Multi-talented Greensboro performer/producer Imani Pressley lets the sound dictate

tunes-main-mg_0356Submitting to the Music

Imani Pressley — a singer, multi-instrumentalist and producer — got her first thrill from music-making by tinkering around with a drum machine when she was nine. Pressley’s parents both make music; her mom sings and her dad does some studio work and plays several instruments. Her parents played together in a band for a while. So there was equipment around their house in Greensboro when Pressley was young. She heard her father making some drum sounds, and she asked him to show her how it worked.

“That changed my life — him just showing me how to hook up the drum machine,” says Pressley, 24, who just released Feelings Like These, a poppy dance-minded EP, earlier this month.

“Drums were my first instrument. I started playing in my church,” says Pressley. From there she moved to piano and guitar. Eventually she got a degree in audio engineering and turned the tricks of the studio — sampling, multi-tracking, sonic textures — into another area of expertise.

“Being a drummer, I have a lot of rhythms in my head,” says Pressley. “I can just literally start with a beat,” she says of her writing process.

“Rhythm is the centerpiece,” goes one line from “Hot Sauce,” the opening track on the new EP. And that’s true, to a point, with Pressley’s music, with layered patterns wrapping around each other, choked Chic-esque guitar rhythms, funk bass riffs with plenty of rubbery popped accents and repeated snippets of synth strings, piano or drums. But as central as the interlocking rhythms are, it is the stacked textures of sampled vocals, harmonized with actual multitracks in some cases, maybe reversed or sped-up, that are turned into key parts of the rhythmic groove.

Listen to “I’m Not Sharing,” a clubby track Pressley released earlier this year. With a steady four-on-the-floor beat, Pressley threads in a sparse syncopated counterpunch made from what sounds like a detuned sample of someone saying “Ok.” It’s poppy, but it’s also a little surreal, bringing to mind the occasionally abstract club music of Caribou. It’s not clear if the rhythmic/vocal detail is someone else or a pitch-adjusted sample of Pressley singing, digitally altered to sound like a linebacker. Something similar happens on “Beside You,” which is dense with her harmonized vocals.

“I have fun sampling myself,” says Pressley. “I do have a lot of fun with that.”

Pressley is young, but she’s been making music most of her life, having released her first record, a gospel album called I Ain’t Ashamed to Praise God, when she was still a teenager. The turn from sacred to secular was more about a desire to connect with people than any particular spiritual reorientation.

“It’s sad to say this, but your music can affect a larger amount of people in the secular world,” says Pressley. “I wanted to go into another realm and touch that world.”

The music meccas of Atlanta, L.A. and New York have been pulling Pressley in their direction. But she’s remaining at home for now.

Pressley still retains a connection to the fundamental elements of gospel. She gets energy from “the inspiration behind it, the message, the positivity.” Still, on a song like “All Night Long,” there’s a theme of self-sufficiency that’s about not seeking help from anyone or anything.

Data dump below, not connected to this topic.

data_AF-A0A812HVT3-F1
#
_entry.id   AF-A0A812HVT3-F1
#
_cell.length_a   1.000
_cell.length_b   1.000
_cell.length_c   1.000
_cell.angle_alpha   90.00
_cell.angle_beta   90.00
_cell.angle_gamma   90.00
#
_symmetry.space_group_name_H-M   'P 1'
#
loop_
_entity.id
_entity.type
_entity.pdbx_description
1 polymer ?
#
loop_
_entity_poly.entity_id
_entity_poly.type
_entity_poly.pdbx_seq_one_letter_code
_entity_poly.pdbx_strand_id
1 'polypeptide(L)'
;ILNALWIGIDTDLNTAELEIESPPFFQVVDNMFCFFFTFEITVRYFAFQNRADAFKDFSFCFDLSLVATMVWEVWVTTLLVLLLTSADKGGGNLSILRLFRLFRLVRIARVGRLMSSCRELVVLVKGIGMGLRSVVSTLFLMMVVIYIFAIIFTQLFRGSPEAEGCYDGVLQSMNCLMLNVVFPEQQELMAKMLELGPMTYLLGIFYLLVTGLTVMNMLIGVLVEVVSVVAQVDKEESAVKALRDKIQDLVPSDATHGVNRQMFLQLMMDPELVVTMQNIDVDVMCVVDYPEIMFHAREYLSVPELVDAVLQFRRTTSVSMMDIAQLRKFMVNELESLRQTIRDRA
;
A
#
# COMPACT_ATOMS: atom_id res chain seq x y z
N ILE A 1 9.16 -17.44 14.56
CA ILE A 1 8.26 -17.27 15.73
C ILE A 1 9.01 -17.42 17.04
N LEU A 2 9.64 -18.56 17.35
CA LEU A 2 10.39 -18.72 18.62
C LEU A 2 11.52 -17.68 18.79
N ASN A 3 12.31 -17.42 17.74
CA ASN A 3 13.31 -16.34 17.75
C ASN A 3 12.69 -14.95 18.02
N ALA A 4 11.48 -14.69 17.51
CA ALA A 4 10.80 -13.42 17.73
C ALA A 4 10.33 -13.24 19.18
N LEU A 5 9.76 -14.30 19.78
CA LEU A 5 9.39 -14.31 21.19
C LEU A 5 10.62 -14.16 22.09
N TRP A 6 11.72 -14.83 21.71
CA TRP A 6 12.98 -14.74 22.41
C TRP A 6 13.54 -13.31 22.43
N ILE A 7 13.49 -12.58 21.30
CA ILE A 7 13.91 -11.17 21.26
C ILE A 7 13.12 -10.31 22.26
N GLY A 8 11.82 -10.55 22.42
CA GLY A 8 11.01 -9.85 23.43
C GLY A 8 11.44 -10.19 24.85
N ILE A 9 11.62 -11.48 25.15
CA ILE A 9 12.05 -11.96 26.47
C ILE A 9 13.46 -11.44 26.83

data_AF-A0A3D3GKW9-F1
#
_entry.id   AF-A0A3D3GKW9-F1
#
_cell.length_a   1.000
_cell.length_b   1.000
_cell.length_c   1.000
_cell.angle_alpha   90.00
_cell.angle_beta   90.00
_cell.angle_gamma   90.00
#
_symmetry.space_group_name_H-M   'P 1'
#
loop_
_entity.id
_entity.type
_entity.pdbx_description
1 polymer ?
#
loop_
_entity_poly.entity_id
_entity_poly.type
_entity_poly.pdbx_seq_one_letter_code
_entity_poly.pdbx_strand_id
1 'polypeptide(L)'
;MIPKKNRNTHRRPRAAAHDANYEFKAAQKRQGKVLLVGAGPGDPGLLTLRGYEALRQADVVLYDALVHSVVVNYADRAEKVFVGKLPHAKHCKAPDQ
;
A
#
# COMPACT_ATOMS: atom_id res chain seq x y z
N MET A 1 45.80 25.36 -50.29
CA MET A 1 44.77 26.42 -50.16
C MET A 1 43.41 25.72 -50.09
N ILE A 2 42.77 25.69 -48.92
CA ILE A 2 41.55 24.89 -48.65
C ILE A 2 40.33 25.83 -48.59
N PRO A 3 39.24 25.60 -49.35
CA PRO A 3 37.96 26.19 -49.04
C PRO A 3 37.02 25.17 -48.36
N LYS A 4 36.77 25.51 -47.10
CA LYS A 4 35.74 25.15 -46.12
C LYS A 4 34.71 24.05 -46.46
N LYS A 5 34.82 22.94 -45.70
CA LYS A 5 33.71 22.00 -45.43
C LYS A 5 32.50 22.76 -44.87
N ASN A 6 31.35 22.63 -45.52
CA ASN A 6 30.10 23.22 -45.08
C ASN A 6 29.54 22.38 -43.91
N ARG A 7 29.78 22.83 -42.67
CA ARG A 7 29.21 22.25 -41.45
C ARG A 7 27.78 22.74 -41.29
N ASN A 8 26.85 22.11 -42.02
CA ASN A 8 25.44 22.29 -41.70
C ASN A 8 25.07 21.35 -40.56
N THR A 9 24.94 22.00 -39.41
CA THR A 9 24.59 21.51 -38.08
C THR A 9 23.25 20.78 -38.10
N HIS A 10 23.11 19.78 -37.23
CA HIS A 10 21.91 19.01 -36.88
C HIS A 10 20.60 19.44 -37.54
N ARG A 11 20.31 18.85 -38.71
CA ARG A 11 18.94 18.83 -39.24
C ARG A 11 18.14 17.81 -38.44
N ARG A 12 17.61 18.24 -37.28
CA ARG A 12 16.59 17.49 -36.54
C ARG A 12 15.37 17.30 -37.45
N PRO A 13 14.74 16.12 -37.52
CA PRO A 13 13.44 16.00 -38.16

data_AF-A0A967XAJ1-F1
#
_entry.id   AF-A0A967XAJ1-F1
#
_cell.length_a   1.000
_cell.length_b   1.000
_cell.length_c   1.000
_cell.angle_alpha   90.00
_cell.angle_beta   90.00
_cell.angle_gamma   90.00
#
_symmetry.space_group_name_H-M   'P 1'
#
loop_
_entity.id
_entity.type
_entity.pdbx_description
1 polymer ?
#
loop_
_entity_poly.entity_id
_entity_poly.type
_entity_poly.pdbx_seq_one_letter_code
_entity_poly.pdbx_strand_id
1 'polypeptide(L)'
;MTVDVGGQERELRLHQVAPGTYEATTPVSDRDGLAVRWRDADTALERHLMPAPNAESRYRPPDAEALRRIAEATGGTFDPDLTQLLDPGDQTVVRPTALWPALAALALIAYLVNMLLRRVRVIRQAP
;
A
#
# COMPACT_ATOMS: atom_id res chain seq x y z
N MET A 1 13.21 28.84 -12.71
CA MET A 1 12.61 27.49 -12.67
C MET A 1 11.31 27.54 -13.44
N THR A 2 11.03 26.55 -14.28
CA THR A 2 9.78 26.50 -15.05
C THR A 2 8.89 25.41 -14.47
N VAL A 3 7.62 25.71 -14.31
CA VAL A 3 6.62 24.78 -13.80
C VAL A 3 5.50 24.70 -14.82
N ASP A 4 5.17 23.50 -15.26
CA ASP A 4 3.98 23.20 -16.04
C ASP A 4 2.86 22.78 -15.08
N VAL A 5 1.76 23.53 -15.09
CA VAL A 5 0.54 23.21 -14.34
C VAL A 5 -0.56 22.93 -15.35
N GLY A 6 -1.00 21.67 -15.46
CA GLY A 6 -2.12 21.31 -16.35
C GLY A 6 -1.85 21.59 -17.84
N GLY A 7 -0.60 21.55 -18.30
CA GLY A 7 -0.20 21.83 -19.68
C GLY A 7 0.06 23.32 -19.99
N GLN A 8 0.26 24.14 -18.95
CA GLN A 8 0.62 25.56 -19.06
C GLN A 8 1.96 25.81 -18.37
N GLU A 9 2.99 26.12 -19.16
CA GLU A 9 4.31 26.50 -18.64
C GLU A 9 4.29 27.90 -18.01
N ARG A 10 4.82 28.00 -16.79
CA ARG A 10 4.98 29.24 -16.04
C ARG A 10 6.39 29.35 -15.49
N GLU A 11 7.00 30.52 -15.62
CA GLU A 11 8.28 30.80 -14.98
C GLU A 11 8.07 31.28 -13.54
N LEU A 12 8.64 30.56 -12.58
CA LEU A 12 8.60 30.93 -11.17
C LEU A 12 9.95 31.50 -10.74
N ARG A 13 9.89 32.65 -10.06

“Sometimes I chill by myself/Drink a little bit by myself/All night long/Dance in my room with nothing on,” sings Pressley.

The guilt-free pleasure-seeking isn’t something that would necessarily fly in a worship-music context. But the song is really more about a kind of proud independence than about hedonism. Pressley says the song came out of realizing that seeking affirmation from other people isn’t always a worthwhile effort.

“When I made that song I felt like the world was shut down and I was the only person in it,” she says. “I felt like ‘You know, it’s cool if I’m the only person.’ Sometimes you feel like you need the acceptance of other people, and then you realize you don’t really need that.”

Taking the I-can-do-it-all-by-myself ethos seriously, Pressley often works alone in the home studio that her parents had built in their family home where she still lives. She’s a serious student of the music of Prince, working in dense vocal harmonies that can tug at the tight funk underpinnings of the songs. She points to a list of other music and production influences that would make for a righteous dinner party: Outkast, Queen, Dr. Dre and Enya.

Pressley’s EP closes with “I’m Gat,” a tune that goes from subdued guitar arpeggios into a dubstep-flavored chorus powered by a smudged and bottomed-out synth bass line, something that sounds like someone driving a spacecraft into the ground. She feathers in echoing vocals that sometimes soar up to high-pitched chipmunk frequency. The “gat” of the title isn’t like a gat in an Ice Cube song; Pressley says it’s more of her own personal lingo. It’s about submitting to the power of music.

“I wanted something that people don’t specifically say in conversation,” she says. “It’s my slang. The message of the song is ‘I’m gotten by the music. I’m drawn in.’ It’s ‘gat’ me, every time I hear it.”

Pressley’s attention is drawn as much to sound, texture and rhythm as it is to melody, chord changes or traditional song form.

“Your sound dictates the song,” she says. Pressley is willing to go wherever the songwriting and recording process takes her.

“There’s nothing pre-planned,” she says. “When I go in the studio I accidentally make tracks.”

Wanna go? Imani Pressley will perform her mixture of Pop, R&B, and European dubstep at noon on October 29 for the GHOE Aggie Fan Fest. Visit for more information.